Seki Kanemune

KANEMUNE, middle koto period, katana;

mei: “Kanemune”;
sugata: shinogi-zukuri, iori-mune;
nakago: ubu, one mekugi ana, wide ha-agari kuri-jiri;
hamon: gunome-midare within notare, of nioi-deki;
boshi: ko-maru, regular, sunagashi?, hakikae, and no kaeri;
horimono: bonji and ken:
[Mino-to p.45]
The Oei era was at the beginning of the Muromachi period, and was quite long from 1394 (Oei 1) to 1427 (Oei 34).
(Token Society of Great Britain, with permission Clive Sinclaire)
Details were not available for this blade. Considered to be the shodai Seki Kanemune;
The mune may have been moved several cm.

Comments by Clive Sinclaire
At end of Namboku-cho and the beginning of the Muromachi period, there seems to be a reaction to the huge blades of that time and as there was an increase in warfare on foot, the wearing of katana, came to replace the wearing of the tachi.

Custom made katana with graceful Heian or early Kamakura tachi shape but signed katana-mei were made in the first part of the Muromachi period, the Oei period (1394-1428). These swords were narrow, graceful but maybe also show slight saki-zori. Tanto were rather ’stretched’ and long. This may be seen as a period of transition between tachi and katana and swords began to be signed in the so-called katana-mei style.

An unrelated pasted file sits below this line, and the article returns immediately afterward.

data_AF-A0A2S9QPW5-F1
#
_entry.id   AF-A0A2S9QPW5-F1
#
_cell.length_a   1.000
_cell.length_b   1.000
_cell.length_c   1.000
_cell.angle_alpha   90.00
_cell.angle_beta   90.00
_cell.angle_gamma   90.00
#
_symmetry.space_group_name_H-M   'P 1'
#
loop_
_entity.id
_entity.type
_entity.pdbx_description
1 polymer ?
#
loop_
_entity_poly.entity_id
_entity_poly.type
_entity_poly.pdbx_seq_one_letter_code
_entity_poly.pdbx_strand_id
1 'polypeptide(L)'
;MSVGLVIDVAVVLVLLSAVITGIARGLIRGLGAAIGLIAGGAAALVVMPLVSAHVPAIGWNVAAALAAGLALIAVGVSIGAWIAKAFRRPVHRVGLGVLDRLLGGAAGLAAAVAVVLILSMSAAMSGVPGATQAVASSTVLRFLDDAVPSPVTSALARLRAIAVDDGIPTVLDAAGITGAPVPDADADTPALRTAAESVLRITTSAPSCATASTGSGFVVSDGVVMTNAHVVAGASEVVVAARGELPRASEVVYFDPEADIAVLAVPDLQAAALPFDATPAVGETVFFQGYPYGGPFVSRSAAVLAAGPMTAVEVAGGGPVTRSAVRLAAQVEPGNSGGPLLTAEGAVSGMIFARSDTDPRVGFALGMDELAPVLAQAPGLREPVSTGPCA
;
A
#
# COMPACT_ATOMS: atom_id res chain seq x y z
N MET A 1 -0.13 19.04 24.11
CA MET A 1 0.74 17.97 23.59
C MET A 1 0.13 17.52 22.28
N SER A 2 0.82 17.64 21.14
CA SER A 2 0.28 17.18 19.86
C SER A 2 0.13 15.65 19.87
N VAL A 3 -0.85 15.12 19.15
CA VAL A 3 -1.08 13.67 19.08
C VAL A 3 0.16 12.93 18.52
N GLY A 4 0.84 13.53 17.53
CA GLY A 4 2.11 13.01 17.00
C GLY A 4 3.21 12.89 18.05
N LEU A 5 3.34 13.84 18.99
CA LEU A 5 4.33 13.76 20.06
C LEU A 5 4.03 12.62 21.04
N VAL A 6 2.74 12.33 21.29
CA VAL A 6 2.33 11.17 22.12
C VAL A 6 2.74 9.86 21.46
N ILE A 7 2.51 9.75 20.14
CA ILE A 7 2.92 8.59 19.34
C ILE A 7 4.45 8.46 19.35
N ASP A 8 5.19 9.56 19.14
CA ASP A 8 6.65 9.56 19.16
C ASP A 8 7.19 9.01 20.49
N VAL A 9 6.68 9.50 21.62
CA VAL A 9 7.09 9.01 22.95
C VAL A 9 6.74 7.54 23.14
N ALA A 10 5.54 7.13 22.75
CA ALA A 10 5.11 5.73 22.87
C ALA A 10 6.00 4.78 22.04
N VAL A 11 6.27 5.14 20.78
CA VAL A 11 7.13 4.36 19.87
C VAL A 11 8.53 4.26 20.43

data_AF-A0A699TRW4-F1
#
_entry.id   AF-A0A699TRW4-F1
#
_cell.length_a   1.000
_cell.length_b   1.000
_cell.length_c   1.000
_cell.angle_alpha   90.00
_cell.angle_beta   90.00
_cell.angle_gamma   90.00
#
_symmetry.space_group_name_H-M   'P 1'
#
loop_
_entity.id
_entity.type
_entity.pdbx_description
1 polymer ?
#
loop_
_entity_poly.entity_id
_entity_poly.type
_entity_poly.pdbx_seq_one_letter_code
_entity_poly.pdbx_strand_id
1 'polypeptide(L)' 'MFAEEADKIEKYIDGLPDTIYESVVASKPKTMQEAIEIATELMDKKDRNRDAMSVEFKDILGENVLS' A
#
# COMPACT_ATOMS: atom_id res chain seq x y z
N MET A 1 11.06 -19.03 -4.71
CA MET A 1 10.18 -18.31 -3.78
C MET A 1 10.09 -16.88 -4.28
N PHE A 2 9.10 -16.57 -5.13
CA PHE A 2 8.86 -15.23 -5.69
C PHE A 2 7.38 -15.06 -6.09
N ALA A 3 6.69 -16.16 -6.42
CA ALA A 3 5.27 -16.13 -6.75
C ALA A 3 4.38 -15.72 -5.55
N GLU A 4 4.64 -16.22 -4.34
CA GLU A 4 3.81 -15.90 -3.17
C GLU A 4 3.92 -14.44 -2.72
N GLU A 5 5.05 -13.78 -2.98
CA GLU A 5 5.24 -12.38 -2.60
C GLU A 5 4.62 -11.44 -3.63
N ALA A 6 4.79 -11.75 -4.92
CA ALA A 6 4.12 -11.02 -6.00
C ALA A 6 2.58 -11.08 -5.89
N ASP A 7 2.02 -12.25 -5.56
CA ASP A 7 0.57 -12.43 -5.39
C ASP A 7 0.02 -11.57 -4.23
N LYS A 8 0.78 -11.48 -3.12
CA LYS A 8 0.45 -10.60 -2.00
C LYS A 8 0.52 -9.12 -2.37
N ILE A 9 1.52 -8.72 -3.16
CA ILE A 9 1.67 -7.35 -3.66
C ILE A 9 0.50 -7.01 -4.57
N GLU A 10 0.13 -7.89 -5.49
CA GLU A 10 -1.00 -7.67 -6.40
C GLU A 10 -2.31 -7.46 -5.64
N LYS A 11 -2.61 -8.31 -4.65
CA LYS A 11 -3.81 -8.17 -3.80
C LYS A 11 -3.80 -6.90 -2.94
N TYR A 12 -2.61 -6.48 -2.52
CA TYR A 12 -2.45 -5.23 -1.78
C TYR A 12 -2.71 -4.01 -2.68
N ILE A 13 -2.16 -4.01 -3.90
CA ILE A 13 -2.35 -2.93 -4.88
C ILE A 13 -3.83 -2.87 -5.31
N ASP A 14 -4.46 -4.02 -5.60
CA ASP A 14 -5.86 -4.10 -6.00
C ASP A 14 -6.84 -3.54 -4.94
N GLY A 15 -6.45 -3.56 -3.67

The most famous swordsmiths of this time were a group known as the Oei Bizen San Mitsu. These three ‘mitsu’ were named Yasumitsu, Morimitsu and Moromitsu) and they all worked in Osafune in the Oei period.

The sword we have here, representing this transitional period, is by a smith named Kanemune. It may be seen that this slim blade with a deep zori and small kissaki, has the distinct appearance of a tachi sugata although it is signed as a katana with a 2 character mei. Although the hamon looks more like a Bizen style (choji-gunome) Kanemune is actually a Mino swordsmith, and so I think this demonstrates the overwhelming popularity of Bizen style at this time. The simple hi is probably ato-bori (carved later). Of course, during the Muromachi period, many Kazu-uichi mono were produced, especially Bizen Osafune.

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